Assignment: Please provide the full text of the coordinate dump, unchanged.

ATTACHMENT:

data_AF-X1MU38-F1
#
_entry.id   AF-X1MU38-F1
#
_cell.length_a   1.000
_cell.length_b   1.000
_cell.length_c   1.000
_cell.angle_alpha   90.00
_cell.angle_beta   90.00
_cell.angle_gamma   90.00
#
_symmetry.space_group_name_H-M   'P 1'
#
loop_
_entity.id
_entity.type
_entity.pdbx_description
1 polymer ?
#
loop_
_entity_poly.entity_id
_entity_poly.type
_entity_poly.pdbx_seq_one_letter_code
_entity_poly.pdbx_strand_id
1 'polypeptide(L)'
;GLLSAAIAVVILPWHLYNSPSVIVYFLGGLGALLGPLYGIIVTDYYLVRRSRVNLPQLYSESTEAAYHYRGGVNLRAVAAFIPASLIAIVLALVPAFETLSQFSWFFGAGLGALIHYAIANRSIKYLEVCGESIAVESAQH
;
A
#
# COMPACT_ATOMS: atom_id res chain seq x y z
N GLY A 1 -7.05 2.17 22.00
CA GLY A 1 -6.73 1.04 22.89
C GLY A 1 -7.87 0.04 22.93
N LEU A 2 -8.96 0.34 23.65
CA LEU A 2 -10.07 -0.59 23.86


data_AF-X1MU38-F1
#
_entry.id   AF-X1MU38-F1
#
_cell.length_a   1.000
_cell.length_b   1.000
_cell.length_c   1.000
_cell.angle_alpha   90.00
_cell.angle_beta   90.00
_cell.angle_gamma   90.00
#
_symmetry.space_group_name_H-M   'P 1'
#
loop_
_entity.id
_entity.type
_entity.pdbx_description
1 polymer ?
#
loop_
_entity_poly.entity_id
_entity_poly.type
_entity_poly.pdbx_seq_one_letter_code
_entity_poly.pdbx_strand_id
1 'polypeptide(L)'
;GLLSAAIAVVILPWHLYNSPSVIVYFLGGLGALLGPLYGIIVTDYYLVRRSRVNLPQLYSESTEAAYHYRGGVNLRAVAAFIPASLIAIVLALVPAFETLSQFSWFFGAGLGALIHYAIANRSIKYLEVCGESIAVESAQH
;
A
#
# COMPACT_ATOMS: atom_id res chain seq x y z
N GLY A 1 -7.05 2.17 22.00
CA GLY A 1 -6.73 1.04 22.89
C GLY A 1 -7.87 0.04 22.93
N LEU A 2 -8.96 0.34 23.65
CA LEU A 2 -10.07 -0.59 23.86